So, in the early-ish hours of this morning, me, and the five-year old child inside me tiptoed downstairs, flipped open the laptop, and ordered the fourth generation iPad. I’d be lying if I told you that I wasn’t excited. My iPad is due to arrive in exactly a week’s time, and I imagine many of you are also waiting. Now the fourth gen iPad is by no means a quantum leap in tablet engineering. Essentially, it’s still the iPad it was a few months ago, with a couple of small tweaks that make a big difference. I can imagine that most people who currently own a third generation iPad would find it incredibly difficult to justify upgrading to the new iPad, quite a few probably will, but here’s my question; What sort of product upgrade do you prefer? The kind of neat, subtle tweaks year on year that we often see from Apple? Or something a bit more drastic?
As I recalled last night, this week’s iPad mini event brought with it a string of Apple hardware upgrades, and whilst many of the upgrades showcased were a really big leap forward, the products themselves remaind essentially the same. The event also brought with it the two different examples that I want to explore when it comes to product advancement, because the iMac recieved its first major overhaul since 2009, bringing with it significant hardware upgrades and a fantastic new design. The Macbook Pro, Mac Mini, and iPad however, were all given much lighter treatment, but they can also be considered new products.
The subtle tweak
This method certainly favors the company over the customer. For this method, the example I’ll use is the iPad, which I’ve mentioned enough already. The new iPad isn’t really new… It’s just the last iPad on steroids, pimped out a little bit, shaken, but not stirred. For Apple, that means that whilst some effort will have gone into redesigning internals to accomodate the Lightning dock and the new processor, very little in the way of ingenuity and innovation were required, and, as you can see, the marketing campaign (below), hasn’t really emptied the think-tank either.
Despite the apparent lack of effort on Apple’s part however, it still looks good on paper. The update – for one – means that Apple has a fancy new product to show off to the world, and it also means that Apple’s devices remain on top of the curve. With new products like Microsoft’s Surface entering the market, its important that Apple does everything within its power to keep its tablets at the forefront of mobile technology. That’s why – from a corporate point of view – the “subtle tweak” method is much more favorable. This method comes at the expense of us, the customer. With new products appearing as fast as they currently are, its incredibly difficult to make the right decision when it comes to purchasing a tablet, as I’m sure anyone who recently purchased the 3rd gen iPad has found out. It puts the consumer into a limbo where one has to decide “stick or twist”. Should I stick with the product I have now, and wait for an upgrade further down the line, or bank on the new release and hope the next instalment doesn’t blow this one out of the water. The same kind of thought process will have plagued the minds of iPhone customers following the release of the iPhone 4S, this was definitely a “subtle tweak”, and without the benefit of hindsight, will have proven a difficult choice to make for some.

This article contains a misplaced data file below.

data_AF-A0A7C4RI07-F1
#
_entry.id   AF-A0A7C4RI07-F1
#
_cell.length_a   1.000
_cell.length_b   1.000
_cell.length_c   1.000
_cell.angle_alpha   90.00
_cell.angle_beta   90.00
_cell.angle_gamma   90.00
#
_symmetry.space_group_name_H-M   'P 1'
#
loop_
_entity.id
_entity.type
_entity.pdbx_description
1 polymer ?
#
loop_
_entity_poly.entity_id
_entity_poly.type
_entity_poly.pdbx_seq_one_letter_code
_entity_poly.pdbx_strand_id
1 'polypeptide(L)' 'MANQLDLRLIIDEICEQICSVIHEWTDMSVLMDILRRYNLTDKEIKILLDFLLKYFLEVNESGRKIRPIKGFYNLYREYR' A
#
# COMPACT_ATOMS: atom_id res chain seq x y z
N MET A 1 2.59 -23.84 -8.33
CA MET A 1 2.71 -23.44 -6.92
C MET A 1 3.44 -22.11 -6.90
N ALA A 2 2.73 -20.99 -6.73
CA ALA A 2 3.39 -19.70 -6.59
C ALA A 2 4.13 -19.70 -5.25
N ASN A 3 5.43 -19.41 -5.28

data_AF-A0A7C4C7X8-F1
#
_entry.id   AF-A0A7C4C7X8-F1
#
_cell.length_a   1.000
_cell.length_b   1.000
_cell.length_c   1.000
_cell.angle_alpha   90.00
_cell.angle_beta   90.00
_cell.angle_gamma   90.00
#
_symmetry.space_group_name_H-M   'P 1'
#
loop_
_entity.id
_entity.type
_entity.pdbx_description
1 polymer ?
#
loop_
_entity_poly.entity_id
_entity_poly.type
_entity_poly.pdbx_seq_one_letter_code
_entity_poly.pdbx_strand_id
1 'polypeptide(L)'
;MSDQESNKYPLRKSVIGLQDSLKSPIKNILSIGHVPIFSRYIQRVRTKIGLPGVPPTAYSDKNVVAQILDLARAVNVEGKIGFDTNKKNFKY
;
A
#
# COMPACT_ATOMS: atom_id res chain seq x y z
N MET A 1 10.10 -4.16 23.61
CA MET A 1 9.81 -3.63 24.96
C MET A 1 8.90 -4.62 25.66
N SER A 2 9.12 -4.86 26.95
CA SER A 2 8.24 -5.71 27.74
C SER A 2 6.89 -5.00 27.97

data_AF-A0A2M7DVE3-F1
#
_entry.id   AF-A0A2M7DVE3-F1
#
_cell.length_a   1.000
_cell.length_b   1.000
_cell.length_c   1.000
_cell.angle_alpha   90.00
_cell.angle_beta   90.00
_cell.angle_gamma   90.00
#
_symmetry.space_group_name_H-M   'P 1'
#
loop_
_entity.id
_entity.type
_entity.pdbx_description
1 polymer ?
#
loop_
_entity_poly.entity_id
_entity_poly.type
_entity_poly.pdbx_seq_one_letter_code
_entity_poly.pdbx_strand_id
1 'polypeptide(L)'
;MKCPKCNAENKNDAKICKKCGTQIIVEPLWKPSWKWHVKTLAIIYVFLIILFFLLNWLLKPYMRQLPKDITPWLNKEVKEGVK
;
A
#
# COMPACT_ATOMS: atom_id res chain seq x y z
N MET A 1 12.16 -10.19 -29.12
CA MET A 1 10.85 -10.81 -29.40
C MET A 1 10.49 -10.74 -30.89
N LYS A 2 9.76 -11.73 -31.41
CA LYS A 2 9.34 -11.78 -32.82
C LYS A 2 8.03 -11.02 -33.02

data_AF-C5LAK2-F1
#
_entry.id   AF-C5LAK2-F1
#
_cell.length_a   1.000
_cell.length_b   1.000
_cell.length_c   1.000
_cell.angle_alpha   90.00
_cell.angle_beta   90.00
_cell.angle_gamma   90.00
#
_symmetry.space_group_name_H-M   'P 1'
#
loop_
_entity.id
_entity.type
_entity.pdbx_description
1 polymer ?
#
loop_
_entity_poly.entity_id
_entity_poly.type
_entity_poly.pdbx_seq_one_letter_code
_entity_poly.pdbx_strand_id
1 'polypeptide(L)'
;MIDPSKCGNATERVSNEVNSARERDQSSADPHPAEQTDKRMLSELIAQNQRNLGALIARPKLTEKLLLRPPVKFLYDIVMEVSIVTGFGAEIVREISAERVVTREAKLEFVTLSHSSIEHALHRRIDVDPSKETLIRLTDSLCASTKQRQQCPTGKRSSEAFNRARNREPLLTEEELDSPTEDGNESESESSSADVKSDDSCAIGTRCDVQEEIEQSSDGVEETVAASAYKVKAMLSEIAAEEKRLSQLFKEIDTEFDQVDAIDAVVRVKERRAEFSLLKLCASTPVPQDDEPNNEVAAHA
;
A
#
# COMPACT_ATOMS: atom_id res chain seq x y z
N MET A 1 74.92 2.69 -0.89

More drastic measures
Alongside the iPad mini, came the brand new iMac. This product hasn’t received a significant update since 2009, and I must say, it looks absolutely stunning. This method of upgrade certainly favours us, the consumer. Imagine, you buy your iMac brand new in 2009, it serves you well for 3 years, and just when you think that it might be time for an upgrade, oh look, there’s a new iMac! Perfect. The signifcant length of time between iMac upgrades means that consumers aren’t left in a grey area when it comes to upgrading, and they aren’t left constantly making life decisions trying to stay up to date with the iMac range. At the prices Apple demand, investment in an iMac a few years ago will have proven a much easier load financially, than buying a new iPad every year. In this case, Apple are called to bear the brunt of this kind of upgrade. Fitting new and improved parts inside an iMac as thin as the latest one will not have been an easy task. It’s safe to say that Apple’s design team will have had their work cut out with this one. Furthermore, whilst Apple has been tinkering in the design room, they may well have been losing potential sales as prospective customers turn elsewhere for a computing solution. I know that this won’t be true across the board, but I certainly think that Apple will have had to absorb at least a small loss.
Personally, I think that Apple do a pretty good job acheiving a balance between these two methods, but then again, I also like Nickeback. So I put it to you, “subtle tweak”, or something more drastic? Which do you prefer? What’s your reasoning, and are Apple doing it right? Leave your comments below, and be sure to tweet me @TiP_Stephen